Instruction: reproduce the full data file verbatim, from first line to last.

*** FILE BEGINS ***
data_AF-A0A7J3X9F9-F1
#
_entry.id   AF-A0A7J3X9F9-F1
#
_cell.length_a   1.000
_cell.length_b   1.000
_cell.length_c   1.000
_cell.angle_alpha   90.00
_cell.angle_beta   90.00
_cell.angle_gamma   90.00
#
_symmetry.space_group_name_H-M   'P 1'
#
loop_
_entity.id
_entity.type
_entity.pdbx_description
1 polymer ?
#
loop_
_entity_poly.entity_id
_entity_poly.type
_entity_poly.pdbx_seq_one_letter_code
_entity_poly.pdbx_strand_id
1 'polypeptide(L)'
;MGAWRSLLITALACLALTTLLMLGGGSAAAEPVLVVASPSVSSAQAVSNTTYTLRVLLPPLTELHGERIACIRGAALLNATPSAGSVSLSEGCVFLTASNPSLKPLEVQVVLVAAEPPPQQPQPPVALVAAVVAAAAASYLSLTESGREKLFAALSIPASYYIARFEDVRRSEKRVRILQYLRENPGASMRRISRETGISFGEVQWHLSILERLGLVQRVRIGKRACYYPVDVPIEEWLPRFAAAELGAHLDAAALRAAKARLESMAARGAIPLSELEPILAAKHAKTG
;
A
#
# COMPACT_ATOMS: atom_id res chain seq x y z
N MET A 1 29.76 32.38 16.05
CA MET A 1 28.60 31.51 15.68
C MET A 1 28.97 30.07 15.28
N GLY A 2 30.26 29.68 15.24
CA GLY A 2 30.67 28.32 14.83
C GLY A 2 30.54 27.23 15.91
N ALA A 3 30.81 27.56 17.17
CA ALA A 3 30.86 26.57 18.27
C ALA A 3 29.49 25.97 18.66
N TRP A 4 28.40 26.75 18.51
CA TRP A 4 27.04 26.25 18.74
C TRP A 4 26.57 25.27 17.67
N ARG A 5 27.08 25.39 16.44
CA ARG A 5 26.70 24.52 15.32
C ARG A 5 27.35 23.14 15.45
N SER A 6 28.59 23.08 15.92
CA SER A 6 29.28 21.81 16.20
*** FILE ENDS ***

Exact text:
data_AF-A0A7J3X9F9-F1
#
_entry.id   AF-A0A7J3X9F9-F1
#
_cell.length_a   1.000
_cell.length_b   1.000
_cell.length_c   1.000
_cell.angle_alpha   90.00
_cell.angle_beta   90.00
_cell.angle_gamma   90.00
#
_symmetry.space_group_name_H-M   'P 1'
#
loop_
_entity.id
_entity.type
_entity.pdbx_description
1 polymer ?
#
loop_
_entity_poly.entity_id
_entity_poly.type
_entity_poly.pdbx_seq_one_letter_code
_entity_poly.pdbx_strand_id
1 'polypeptide(L)'
;MGAWRSLLITALACLALTTLLMLGGGSAAAEPVLVVASPSVSSAQAVSNTTYTLRVLLPPLTELHGERIACIRGAALLNATPSAGSVSLSEGCVFLTASNPSLKPLEVQVVLVAAEPPPQQPQPPVALVAAVVAAAAASYLSLTESGREKLFAALSIPASYYIARFEDVRRSEKRVRILQYLRENPGASMRRISRETGISFGEVQWHLSILERLGLVQRVRIGKRACYYPVDVPIEEWLPRFAAAELGAHLDAAALRAAKARLESMAARGAIPLSELEPILAAKHAKTG
;
A
#
# COMPACT_ATOMS: atom_id res chain seq x y z
N MET A 1 29.76 32.38 16.05
CA MET A 1 28.60 31.51 15.68
C MET A 1 28.97 30.07 15.28
N GLY A 2 30.26 29.68 15.24
CA GLY A 2 30.67 28.32 14.83
C GLY A 2 30.54 27.23 15.91
N ALA A 3 30.81 27.56 17.17
CA ALA A 3 30.86 26.57 18.27
C ALA A 3 29.49 25.97 18.66
N TRP A 4 28.40 26.75 18.51
CA TRP A 4 27.04 26.25 18.74
C TRP A 4 26.57 25.27 17.67
N ARG A 5 27.08 25.39 16.44
CA ARG A 5 26.70 24.52 15.32
C ARG A 5 27.35 23.14 15.45
N SER A 6 28.59 23.08 15.92
CA SER A 6 29.28 21.81 16.20